Passing Down the Good Life with Baking Cookies Holiday Traditions
When I was a kid, I always wondered how it was possible to celebrate Christmas in a place where there wasn’t even the slightest chance of snow. If you live in Honolulu, does Santa come down the chimney in a Hawaiian shirt and lei? If you live in the American Southwest do you decorate a cactus?
As a kid, I was confused about the whole warm weather Christmas thing. I asked myself, how do you celebrate Christmas when the weather is more fit for beach volleyball than dodging reindeer in your snowmobile?
The Christmas forecast in my hometown invariably turned out to be cold rain, sleet, or just overcast and grey. But even if the weather was dark, windy, and cold, at least the roaring flame in the fireplace fit the season well.
With giant stockings hanging from the banister, a brightly-lit tree with wrapped gifts underneath, and the smell of cinnamon and eggnog in the air, it wasn’t difficult to get into the Christmas spirit.
The True Spirit of Christmas
But as I got older, it became clear to me that the true spirit of Christmas did not depend on the weather, but where our hearts and minds resided. The glad tidings of Christmas Day are universal in Alaska and South Padre Island alike.
Wherever you are, it’s safe to assume that colorful lights will adorn the lampposts on main street, and store windows will be filled with toy soldiers, silver snowflakes, and gold lace.
You could be sinking your toes in the sands of South Beach, but Christmas will be Christmas no matter where you are.
The Most Wonderful Time of the Year
Whether your holiday season is spent on beaches or in blizzards, it should be filled with family, friends, and tradition. Want to start some new holiday traditions this year? We’ve got a few ideas to get you started.
In the days leading up to Christmas, our family always finds a Friday or Saturday evening to hit a Chinese restaurant before spending an hour or two driving through the neighborhoods looking at houses whose light displays risk putting the whole city into blackout. Afterwards, we come home, hungry again, and eat dessert in front of the TV.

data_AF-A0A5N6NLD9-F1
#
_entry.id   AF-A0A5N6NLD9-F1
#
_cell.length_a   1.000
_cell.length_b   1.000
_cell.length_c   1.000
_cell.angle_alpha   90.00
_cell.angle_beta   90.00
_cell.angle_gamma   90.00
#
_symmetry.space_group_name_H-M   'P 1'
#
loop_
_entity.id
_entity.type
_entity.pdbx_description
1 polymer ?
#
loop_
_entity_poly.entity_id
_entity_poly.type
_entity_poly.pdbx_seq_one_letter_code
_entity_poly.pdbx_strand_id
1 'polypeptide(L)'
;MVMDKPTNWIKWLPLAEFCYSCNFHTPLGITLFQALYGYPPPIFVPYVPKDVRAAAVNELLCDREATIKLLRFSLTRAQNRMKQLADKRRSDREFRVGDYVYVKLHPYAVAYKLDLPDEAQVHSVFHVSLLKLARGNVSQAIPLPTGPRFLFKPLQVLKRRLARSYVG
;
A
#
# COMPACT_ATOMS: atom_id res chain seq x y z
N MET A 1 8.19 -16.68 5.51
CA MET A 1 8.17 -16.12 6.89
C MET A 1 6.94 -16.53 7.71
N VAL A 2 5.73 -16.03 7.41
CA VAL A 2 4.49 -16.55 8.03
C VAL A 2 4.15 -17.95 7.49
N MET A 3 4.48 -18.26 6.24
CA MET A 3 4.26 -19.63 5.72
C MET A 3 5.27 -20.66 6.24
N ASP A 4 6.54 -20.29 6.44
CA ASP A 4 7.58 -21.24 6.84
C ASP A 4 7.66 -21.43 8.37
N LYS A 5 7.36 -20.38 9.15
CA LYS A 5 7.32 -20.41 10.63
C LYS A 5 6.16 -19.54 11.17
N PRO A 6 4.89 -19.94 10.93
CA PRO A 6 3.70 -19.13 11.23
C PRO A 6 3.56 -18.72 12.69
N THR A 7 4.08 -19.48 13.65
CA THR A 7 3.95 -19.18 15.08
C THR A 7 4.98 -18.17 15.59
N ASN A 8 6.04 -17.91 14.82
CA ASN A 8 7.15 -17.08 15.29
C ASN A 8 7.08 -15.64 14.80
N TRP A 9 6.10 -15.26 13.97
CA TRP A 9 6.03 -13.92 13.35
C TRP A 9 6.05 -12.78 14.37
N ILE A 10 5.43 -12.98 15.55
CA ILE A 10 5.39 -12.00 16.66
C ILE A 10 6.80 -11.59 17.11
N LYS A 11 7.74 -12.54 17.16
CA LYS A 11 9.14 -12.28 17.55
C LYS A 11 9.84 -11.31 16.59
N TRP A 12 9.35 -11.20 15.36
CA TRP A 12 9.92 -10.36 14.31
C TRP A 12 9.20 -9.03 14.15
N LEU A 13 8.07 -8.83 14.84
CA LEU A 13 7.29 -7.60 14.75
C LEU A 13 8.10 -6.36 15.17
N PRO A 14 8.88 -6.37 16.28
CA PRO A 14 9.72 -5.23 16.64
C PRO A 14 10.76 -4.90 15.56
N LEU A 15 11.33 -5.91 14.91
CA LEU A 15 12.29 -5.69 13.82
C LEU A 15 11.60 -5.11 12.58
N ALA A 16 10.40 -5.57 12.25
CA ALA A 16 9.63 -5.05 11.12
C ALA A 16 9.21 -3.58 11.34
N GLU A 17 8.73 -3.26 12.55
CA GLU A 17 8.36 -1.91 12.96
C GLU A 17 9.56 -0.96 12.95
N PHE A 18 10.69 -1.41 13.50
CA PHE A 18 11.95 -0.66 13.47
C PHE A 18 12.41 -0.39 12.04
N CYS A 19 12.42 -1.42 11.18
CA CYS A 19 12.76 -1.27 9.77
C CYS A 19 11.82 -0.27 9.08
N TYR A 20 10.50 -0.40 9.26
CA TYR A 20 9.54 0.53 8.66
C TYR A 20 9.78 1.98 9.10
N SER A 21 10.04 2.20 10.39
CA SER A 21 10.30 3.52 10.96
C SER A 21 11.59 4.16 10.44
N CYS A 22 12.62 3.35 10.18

After the Chinese food and Christmas light sightseeing, pull out your collection of Christmas specials and have the whole family sit around the TV to watch them together. I guarantee your children won’t fight you on this one.
Make gingerbread houses with the family for an easy and delicious holiday tradition. All you need are gingerbread cookies or graham crackers, marshmallow whip, gumdrops, and a butter knife. They can all be easily acquired from your local supermarket, except for the butter knife. That should already be in your utensil drawer. You don’t have to be a mechanical engineer to build a gingerbread house, but if it seems like rocket science you can find a YouTube video with foolproof instructions.
Twine Thou Popcorn and Cranberry
String together popcorn and cranberries to decorate your family room. Fishing line is perfect twine (and it rhymes!). Remember, don’t butter or salt the popcorn or you may tempt the vermin and the kids!
“I Am Thankful For” Board
Buy a large poster board and put it on an easel. Title the poster board, “This Christmas, I Am Thankful For…” Have everyone in the family fill up the poster board with what they are thankful for in 2014. When your little girl is glum because she didn’t get to be the teacher’s helper, maybe seeing mommy’s “I Am Thankful For ” that says, “I am so thankful for my sweet and wonderful little girl” will turn the frown into a smile.
Have the whole family make an advent calendar. Depending on the day your tradition officially starts counting down to Christmas, it will be great fun to fill your calendar with drawings and special quotes, or even stick on little ornaments and candies.
Advent Calendar Reading
To go along with your advent calendar, read your children a special Christmas book like How the Grinch Stole Christmas, The Polar Express, or The Night Before Christmas. For extra fun, wrap the books and let the kiddos take turns opening one each night.
Participate in a toy drive. Just about every local fire department has one, and they make sure these special gifts go to children in need. Set a budget and walk through your Walmart, Target, or Toys R’ Us to fill a basket full of toys, then stop by the station to drop them off. Your kids will love passing them on to a first responder to give them to less fortunate children. You can also participate in your local Salvation Army Angel Tree Program or Operation Christmas Project.
Charlie Brown Christmas Tree
In the tradition of Charlie Brown, buy a sad sack of a potted tree at your local hardware store, wrap its base with an old tattered blanket and decorate it however you’d like. Make it a centerpiece in your living room. Put a placard at its side and call it your “Charlie Brown Christmas Tree.”
Lastly, here are a few of our favorite Christmas cookie options for you and your family to try this season. Make enough for your neighbors and surprise them with a “goodwill toward men” tin full of them. Don’t forget to leave a plate for Santa on Christmas Eve!
Classic Sugar Cookies (Make sure to have plenty of decorating supplies!)
Make your Christmas celebrations special this year by adding a few traditions and making memories that will warm you and your family all winter long.
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